The elevation was about 4300 feet, and during the clear calm night the temperature was probably about 45F. By now I had a nice Marmot Helium 15F down bag, but it was an uncomfortably cold night. The down bag compressed beneath me more than my synthetic bag did, and half of me was too cold while half of me was somewhat hot due to overcompensation. Perspiration and discomfort resulted. That was when I decided I absolutely needed a down underquilt of some sort.

    The view out the bug net top of the hammock was again wonderful, as were the slight cool breezes across my face and the singing of crickets. No rain again, and no wind. Fortunately I wasn't trying to collect the dew on my catchment tarp to drink, because the local birds fouled it in the morning. I gave one or two tours of my hammock the next morning. They pretend that they aren't jealous, but I don't believe it.
    Last edited by bkrownd; 01-14-2009 at 23:42.

  4. #4
    Senior Member fin's Avatar
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    Torture, talking about laying in the dewy grass in Hawaii, when it is going to be -40 wind chills here tonight!

    Nice commentary, so far. Looking forward to more escape from this brutal winter through your descriptions/observations.

  5. #5
    Senior Member
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    Oct 2007
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    Kanea'a, North Kohala, October 2008

    The next outing was an overnight on windward Kohala, at Kanea'a. We were cutting down strawberry guava, shooting feral cattle, botanizing and collecting native plant seeds for reforestation stock. This area has long been where the ranch pastures meet the edge of the Kohala Forest Reserve, and feral cattle have been trashing the native forest badly. While everyone else set up their tents in the boring pasture (ech!), I was able to find a private and incredibly scenic knoll in the forest for my hammock, where the historic Kehena Ditch met a stream. It was the dry season, so the waterfall and stream were not flowing, but the scenery was still wonderful.

    Setting up was a breeze because the spot I found was absolutely perfect for a hammock. (A tent would not have fit!) I tied off on the trees and exposed tree roots. I didn't have to worry about feral cattle bothering me up on the top of the little knoll. It was a dream site. The only bummer is that there are no native birds in this area. Nice crickets singing at night, but only a handful of alien junk birds in the morning. Needless to say there was also the occasional bellow from the feral cattle off in the forest.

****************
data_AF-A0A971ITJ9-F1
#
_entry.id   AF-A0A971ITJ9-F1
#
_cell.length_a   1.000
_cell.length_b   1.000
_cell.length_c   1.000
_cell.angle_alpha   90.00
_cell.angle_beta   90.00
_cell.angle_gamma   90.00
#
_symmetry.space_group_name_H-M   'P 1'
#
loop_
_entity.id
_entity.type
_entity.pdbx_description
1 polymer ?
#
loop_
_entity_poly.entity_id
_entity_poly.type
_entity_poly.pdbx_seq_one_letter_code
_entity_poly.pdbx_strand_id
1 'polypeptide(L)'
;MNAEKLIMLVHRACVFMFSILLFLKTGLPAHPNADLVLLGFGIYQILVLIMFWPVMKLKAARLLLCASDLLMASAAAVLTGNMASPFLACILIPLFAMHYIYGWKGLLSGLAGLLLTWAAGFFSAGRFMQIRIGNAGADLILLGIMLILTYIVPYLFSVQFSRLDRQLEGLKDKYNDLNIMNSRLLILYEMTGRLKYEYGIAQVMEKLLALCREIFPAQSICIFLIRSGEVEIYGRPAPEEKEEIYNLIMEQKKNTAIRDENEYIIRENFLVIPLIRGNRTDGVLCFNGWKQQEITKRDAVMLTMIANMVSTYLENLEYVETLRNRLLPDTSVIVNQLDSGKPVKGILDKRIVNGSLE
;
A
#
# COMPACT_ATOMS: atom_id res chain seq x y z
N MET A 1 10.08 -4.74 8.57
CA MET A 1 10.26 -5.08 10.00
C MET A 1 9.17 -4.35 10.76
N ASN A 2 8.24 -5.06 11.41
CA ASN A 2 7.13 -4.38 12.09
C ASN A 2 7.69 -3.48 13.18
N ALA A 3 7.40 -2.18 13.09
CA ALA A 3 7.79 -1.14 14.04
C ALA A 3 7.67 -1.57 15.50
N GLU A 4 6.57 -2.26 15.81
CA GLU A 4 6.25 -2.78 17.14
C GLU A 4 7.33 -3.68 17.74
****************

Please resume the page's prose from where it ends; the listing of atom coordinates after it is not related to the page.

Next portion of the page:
The elevation was probably around 2800 feet, and perhaps 55F at night. I should bring my tiny thermometer to check these things. Again I slept cold because the down bag compressed beneath me too much. I compensated a bit by wearing more layers this time. There was a bit of wind, but I quickly got used to the "thwap" and flutter of the tarp and it only woke me up momentarily a couple times in the early morning. Not a problem. However, I was lucky because this area is often misty and foggy, and if there was fog blowing through I would have needed to put up my big tarp on the windward side to keep from getting soaked.

    I gave a lot of tours of my site the next morning. This is the outing where I learned that one of the other guys was a former friend of Hennessy decades ago. None of the others liked hammocks, but I'm positive they were jealous of my awesome site anyway!

    I actually bothered to take a photo of my hammock site this time, but it doesn't do justice the wonderful location and views all around:

    Kehena Ditch:


    Unfortunately my most recent outing was in a bog, and I couldn't bring the hammock because of weight restrictions and uncertainty about setting it up in the bog forest. I really missed it, but the cabin at least had a nice lanai I could sleep on outdoors. (Can the hammock straps even work when the tree trunks are covered in 3 inches of moss with slime underneath instead of normal bark? The ground was over a foot deep boggy sphagnum moss.)

    My next outing will be the palila survey on Mauna Kea in February, and we will be based in an arid scrub forest at Pohakuloa on the leeward side of the Saddle, about 6500 feet elevation. 3-4 nights, probably. It may be around 40 degrees at night, and the wind can really whip through there if it's stormy. Last year the weather was quite nice, and I'm hoping we'll get lucky this time as well. I finally ordered an underquilt, and went all-out and got a rain shield for it in case of blowing fog. My big problem at Pohakuloa will be setting up in a private enough area where nobody will steal my hammock!